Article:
394needs, but if you're coming to the us for free tech support we're going
 395to ask you to upgrade to a current version before we try to diagnose your
 398<p>The volunteers are happy to fix any bugs you point out in the current
 399versions because doing so helps everybody and makes the project better. We
 400want to make the current version work for you. But diagnosing, debugging, and
 401backporting fixes to old versions doesn't help anybody but you, so isn't
 402something we do for free. The cost of volunteer tech support is using a
 403reasonably current version of the project.</p>
 405<p>If you're using an old version built with an old
 406compiler on an old OS (kernel and libc), there's a fairly large chance
 407whatever problem you're
 408seeing already got fixed, and to get that fix all you have to do is upgrade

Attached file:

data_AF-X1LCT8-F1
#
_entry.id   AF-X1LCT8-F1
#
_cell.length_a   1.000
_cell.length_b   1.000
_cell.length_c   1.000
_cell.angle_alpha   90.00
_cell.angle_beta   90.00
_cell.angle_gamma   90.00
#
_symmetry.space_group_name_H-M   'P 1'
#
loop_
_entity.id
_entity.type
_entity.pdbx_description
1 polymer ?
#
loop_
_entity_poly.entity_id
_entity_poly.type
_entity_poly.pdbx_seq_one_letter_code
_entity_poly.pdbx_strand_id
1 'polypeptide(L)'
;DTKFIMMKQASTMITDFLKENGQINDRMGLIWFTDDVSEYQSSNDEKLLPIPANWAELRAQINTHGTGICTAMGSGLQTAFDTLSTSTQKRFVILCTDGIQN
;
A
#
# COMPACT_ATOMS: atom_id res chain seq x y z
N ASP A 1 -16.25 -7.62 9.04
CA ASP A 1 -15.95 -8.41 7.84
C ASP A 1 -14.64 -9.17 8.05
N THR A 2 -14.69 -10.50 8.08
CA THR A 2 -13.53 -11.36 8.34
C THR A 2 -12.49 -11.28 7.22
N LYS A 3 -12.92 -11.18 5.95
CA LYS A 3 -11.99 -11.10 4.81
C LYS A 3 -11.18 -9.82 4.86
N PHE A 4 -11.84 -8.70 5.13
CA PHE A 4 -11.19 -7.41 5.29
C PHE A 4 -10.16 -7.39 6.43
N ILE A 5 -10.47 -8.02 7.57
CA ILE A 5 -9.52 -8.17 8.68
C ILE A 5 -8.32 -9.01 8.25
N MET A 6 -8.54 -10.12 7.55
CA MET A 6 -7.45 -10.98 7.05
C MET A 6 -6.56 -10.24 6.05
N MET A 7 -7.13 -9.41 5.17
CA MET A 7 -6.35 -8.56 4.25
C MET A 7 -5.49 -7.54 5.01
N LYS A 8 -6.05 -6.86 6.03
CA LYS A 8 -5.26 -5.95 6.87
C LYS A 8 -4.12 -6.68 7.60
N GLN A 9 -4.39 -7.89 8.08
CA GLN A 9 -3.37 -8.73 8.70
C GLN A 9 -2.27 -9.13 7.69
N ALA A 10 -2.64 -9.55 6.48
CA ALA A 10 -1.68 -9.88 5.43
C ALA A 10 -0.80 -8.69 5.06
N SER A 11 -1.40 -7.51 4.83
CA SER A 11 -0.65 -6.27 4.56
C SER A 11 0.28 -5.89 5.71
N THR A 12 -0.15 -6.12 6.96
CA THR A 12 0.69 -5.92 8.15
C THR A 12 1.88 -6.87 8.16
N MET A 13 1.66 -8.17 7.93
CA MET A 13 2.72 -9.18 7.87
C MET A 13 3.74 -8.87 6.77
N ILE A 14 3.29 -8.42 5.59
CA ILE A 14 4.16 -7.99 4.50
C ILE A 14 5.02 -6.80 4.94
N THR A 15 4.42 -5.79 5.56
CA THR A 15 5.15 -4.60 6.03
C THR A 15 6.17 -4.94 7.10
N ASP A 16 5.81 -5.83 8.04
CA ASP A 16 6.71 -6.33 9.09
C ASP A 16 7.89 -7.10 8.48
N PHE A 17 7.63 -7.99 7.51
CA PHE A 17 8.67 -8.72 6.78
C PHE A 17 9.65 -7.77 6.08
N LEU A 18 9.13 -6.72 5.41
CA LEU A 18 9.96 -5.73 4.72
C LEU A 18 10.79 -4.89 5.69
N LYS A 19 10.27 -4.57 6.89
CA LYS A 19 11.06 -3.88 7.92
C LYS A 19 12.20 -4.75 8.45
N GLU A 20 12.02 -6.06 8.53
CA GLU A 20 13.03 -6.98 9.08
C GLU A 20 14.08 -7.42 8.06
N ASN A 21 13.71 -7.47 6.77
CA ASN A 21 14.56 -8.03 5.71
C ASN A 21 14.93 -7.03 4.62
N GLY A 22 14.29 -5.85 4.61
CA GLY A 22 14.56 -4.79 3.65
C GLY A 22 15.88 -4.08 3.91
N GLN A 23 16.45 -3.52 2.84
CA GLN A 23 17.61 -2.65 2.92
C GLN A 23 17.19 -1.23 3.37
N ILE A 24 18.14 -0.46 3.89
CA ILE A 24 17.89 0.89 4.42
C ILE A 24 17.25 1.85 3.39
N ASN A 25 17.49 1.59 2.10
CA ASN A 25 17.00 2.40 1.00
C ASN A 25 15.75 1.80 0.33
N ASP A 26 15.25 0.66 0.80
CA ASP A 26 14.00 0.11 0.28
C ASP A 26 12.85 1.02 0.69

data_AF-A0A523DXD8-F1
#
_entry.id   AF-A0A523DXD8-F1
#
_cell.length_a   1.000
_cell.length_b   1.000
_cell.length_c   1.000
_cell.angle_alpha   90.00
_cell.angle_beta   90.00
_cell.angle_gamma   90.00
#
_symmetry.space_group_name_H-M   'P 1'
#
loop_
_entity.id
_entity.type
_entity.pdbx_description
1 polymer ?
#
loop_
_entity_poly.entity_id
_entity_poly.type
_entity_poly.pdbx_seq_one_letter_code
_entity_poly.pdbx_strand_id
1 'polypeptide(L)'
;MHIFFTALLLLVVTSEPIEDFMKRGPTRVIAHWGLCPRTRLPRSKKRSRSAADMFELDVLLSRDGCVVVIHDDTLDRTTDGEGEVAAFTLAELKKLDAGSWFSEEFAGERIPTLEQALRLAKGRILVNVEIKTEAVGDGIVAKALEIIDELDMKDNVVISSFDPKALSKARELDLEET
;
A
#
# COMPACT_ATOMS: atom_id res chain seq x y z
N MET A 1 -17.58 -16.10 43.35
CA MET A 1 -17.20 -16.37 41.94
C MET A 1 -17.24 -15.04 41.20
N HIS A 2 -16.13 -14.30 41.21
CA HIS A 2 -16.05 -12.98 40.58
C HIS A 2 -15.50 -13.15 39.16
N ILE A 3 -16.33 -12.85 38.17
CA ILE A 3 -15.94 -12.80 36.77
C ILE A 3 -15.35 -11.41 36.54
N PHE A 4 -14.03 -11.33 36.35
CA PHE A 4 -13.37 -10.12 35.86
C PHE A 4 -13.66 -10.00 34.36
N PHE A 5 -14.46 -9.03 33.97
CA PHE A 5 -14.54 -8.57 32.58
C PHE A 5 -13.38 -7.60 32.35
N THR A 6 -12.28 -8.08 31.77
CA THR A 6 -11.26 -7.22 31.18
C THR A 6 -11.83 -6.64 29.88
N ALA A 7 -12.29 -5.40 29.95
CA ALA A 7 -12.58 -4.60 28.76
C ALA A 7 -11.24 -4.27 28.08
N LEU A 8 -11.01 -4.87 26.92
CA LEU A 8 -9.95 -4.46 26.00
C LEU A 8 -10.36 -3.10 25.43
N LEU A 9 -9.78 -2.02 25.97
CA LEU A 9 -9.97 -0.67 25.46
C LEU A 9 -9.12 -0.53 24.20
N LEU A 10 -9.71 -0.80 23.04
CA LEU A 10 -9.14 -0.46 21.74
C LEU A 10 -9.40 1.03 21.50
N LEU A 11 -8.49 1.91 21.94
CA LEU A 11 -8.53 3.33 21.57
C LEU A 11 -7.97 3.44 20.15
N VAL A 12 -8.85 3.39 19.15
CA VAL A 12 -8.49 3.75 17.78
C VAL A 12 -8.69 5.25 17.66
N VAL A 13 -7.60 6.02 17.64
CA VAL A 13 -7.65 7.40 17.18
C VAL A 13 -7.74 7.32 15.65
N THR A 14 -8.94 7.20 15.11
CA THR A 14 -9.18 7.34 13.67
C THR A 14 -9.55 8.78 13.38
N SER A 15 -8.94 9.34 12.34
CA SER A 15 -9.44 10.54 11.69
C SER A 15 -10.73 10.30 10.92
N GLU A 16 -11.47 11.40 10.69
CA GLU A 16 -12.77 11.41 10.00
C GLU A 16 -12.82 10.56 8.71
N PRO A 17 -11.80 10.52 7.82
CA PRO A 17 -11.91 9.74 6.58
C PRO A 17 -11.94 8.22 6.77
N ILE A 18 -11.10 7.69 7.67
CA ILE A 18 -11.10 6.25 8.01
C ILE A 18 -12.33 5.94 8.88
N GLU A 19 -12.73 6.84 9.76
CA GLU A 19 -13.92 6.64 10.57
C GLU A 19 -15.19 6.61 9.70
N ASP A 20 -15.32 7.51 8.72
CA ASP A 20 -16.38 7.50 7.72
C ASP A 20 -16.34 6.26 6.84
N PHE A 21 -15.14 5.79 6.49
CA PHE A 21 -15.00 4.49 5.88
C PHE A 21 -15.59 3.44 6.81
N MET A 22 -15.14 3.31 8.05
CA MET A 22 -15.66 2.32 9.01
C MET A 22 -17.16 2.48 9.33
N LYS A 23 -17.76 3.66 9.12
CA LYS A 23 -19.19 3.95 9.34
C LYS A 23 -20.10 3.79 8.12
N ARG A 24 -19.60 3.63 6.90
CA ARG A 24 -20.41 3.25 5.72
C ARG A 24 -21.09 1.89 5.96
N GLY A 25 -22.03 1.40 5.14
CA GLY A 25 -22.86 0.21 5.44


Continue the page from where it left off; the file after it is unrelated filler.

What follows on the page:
409to a newer version. Diagnosing a problem that wasn't our bug means we spent
 410time that only helps you, without improving the project.
 411If you don't at least _try_ a current version, you're asking us for free
 412personalized tech support.</p>
 414<p>Reproducing bugs in current versions also makes our job easier.
 415The further back in time
 416you are, the more work it is for us digging back in the history to figure
 417out what we hadn't done yet in your version. If spot a problem in a git
 418build pulled 3 days ago, it's obvious what changed and easy to fix or back out.
 419If you ask about the current release version 3 months after it came out,
 420we may have to think a while to remember what we did and there are a number of